Resource and Environmental Effects of U.S. Agriculture

Resource and Environmental Effects of U.S. Agriculture

Resource and Environmental Effects of U.S. Agriculture

Resource and Environmental Effects of U.S. Agriculture

Excerpt

This report is the culmination of several years of research undertaken at Resources for the Future. The study originated out of concern that prospective long-term trends in demand for U.S. agricultural production, in prices of energy and other key inputs, and in agricultural technologies would put increasing pressure on the nation's land and water resources and on the environment. It appeared to us that these trends could shift the agricultural situation of the United States from one of chronic surplus to one of recurring if not chronic scarcity. Should such a shift occur, the nation likely will require major modification of the policies for resource and environmental management in agriculture which have evolved since the 1930s.

The study is addressed to analysis of the trends which over the next several decades will determine the amount of pressure on the nation's land and water resources, to evaluation of the resulting environmental impacts, and dicussion of policy alternatives for dealing with them, With the exception of interviews conducted as part of our research on tillage and pest management technologies, irrigation and 208 planning, we have not developed new sources of data. Rather we have relied on systematic surveys of data and other information already available elsewhere. Nor have we developed formal models of the various relationships studied. We did, however, make use of Iowa State University's model of U.S. agriculture to project erosion and of a model developed at RFF for another purpose to transform projections of erosion to projections of sediment delivered. With these exceptions, the analysis is not cast in a formal modeling mode. This would not have been appropriate, in our judgment, given the broad focus of the research and its intent to identify and assess new patterns of resource use and technology likely to emerge over several decades.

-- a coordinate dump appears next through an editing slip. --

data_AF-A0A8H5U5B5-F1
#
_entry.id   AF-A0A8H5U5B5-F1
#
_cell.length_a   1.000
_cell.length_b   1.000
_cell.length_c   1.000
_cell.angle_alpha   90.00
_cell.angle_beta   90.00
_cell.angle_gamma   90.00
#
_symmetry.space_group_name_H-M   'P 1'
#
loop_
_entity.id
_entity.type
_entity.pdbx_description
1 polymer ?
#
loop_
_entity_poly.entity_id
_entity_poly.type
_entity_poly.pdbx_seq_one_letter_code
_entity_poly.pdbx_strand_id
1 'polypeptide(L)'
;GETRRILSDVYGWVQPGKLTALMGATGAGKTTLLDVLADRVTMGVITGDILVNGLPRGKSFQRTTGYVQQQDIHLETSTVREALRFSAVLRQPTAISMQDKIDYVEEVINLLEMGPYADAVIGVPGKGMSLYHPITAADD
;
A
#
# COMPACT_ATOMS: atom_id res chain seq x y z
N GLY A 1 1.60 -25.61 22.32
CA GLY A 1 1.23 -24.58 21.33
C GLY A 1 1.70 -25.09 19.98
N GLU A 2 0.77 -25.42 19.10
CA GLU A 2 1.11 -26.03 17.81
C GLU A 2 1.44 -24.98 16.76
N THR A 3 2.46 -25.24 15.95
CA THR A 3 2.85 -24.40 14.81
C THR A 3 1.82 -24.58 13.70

The research was partially funded by grants from the Rockefeller Foundation and the Environmental Protection Agency's Environmental Laboratory . . .

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